Title

Statins are independently associated with reduced mortality in patients undergoing infrainguinal bypass graft surgery for critical limb ischemia

UMMS Affiliation

Department of Surgery

Date

4-3-2008

Document Type

Article

Medical Subject Headings

Adrenergic beta-Antagonists; Aged; Arteriosclerosis; Cardiotonic Agents; Cardiovascular Diseases; Female; Graft Survival; Humans; Hydroxymethylglutaryl-CoA Reductase Inhibitors; Ischemia; Leg; Male; Oligonucleotides; Platelet Aggregation Inhibitors; Prospective Studies; Transplantation, Autologous; Vascular Patency; Veins

Disciplines

Surgery

Abstract

OBJECTIVE: Evidence suggesting a beneficial effect of cardioprotective medications in patients with lower extremity atherosclerosis derives largely from secondary prevention studies of heterogeneous populations. Patients with critical limb ischemia (CLI) have a large atherosclerotic burden with related high mortality. The effect of such therapies in this population is largely inferred and unproven.

METHODS: The Project of Ex-Vivo vein graft Engineering via Transfection III (PREVENT III) cohort comprised 1404 patients with CLI who underwent lower extremity bypass grafting in a multicenter, randomized prospective trial testing the efficacy of edifoligide for the prevention of graft failure. Propensity scores were used to evaluate the influence of statins, beta-blockers, and antiplatelet agents on outcomes while adjusting for demographics, comorbidities, medications, and surgical variables that may influence drug use. Primary outcomes were major adverse cardiovascular events < or =30 days, vein graft patency, and 1-year survival assessed by Kaplan-Meier method. Potential determinants of 1-year survival were modeled using a multivariate Cox regression.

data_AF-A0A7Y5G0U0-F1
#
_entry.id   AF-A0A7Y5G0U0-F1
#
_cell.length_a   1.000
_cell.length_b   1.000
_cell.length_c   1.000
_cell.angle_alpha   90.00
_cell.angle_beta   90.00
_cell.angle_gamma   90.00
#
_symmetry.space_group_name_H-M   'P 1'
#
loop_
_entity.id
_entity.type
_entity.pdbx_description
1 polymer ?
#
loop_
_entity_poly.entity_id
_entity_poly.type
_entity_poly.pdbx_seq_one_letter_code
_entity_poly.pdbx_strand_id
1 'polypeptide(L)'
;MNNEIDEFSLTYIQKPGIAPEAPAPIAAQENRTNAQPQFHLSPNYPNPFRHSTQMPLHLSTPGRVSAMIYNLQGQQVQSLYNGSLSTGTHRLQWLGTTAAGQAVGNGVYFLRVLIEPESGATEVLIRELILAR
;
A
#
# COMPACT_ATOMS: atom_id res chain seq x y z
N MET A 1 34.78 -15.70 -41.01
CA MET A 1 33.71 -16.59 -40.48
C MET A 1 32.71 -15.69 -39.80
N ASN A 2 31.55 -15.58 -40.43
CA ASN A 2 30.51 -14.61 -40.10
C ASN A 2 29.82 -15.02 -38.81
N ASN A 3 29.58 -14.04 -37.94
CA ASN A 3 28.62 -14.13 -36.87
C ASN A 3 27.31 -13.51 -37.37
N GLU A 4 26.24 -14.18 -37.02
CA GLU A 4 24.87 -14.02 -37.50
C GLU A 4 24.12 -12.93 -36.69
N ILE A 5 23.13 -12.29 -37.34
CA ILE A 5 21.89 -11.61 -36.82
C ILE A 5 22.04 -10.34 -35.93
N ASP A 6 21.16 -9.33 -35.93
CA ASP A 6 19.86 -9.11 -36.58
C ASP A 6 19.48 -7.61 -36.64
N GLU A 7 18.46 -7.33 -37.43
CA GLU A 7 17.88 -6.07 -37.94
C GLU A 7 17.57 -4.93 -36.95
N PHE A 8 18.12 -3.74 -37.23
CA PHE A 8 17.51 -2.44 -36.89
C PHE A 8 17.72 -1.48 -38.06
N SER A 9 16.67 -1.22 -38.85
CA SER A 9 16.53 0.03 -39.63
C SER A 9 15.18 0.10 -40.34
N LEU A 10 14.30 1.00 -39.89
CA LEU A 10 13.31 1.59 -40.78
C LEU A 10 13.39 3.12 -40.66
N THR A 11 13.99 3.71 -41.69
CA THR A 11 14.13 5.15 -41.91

RESULTS: In this cohort, 636 patients (45%) were taking statins, 835 (59%) were taking beta-blockers, and 1121 (80%) were taking antiplatelet drugs. Perioperative major adverse cardiovascular events (7.8%) and early mortality (2.7%) were not measurably affected by the use of any drug class. Statin use was associated with a significant survival advantage at 1 year of 86% vs 81% (hazard ratio [HR], 0.71; 95% confidence interval [CI], 0.52-0.98; P = .03) by analysis of both unweighted and propensity score-weighted data. Use of beta-blockers and antiplatelet drugs had no appreciable impact on survival. None of the drug classes were associated with graft patency measures at 1 year. Significant predictors of 1-year mortality by Cox regression modeling were statin use (HR, 0.67; 95% CI, 0.51-0.90; P = .001), age >75 (HR, 2.1; 95% CI, 1.60-2.82; P = .001), coronary artery disease (HR, 1.5; 95% CI, 1.15-2.01; P = .001), chronic kidney disease stages 4 (HR, 2.0; 95% CI, 1.17-3.55; P = .001) and 5 (HR, 3.4; 95% CI, 2.39-4.73; P < .001), and tissue loss (HR, 1.9; 95% CI, 1.23-2.80; P = .003).

CONCLUSIONS: Statin use is associated with improved survival in CLI patients 1 year after surgical revascularization. Further studies are indicated to determine optimal dosing in this population and to definitively address the question of relationship to graft patency. These data add to the growing literature supporting statin use in patients with advanced peripheral arterial disease.

Rights and Permissions

Citation: J Vasc Surg. 2008 Apr;47(4):774-781. Link to article on publisher's site

Related Resources

Link to Article in PubMed

PubMed ID

18381138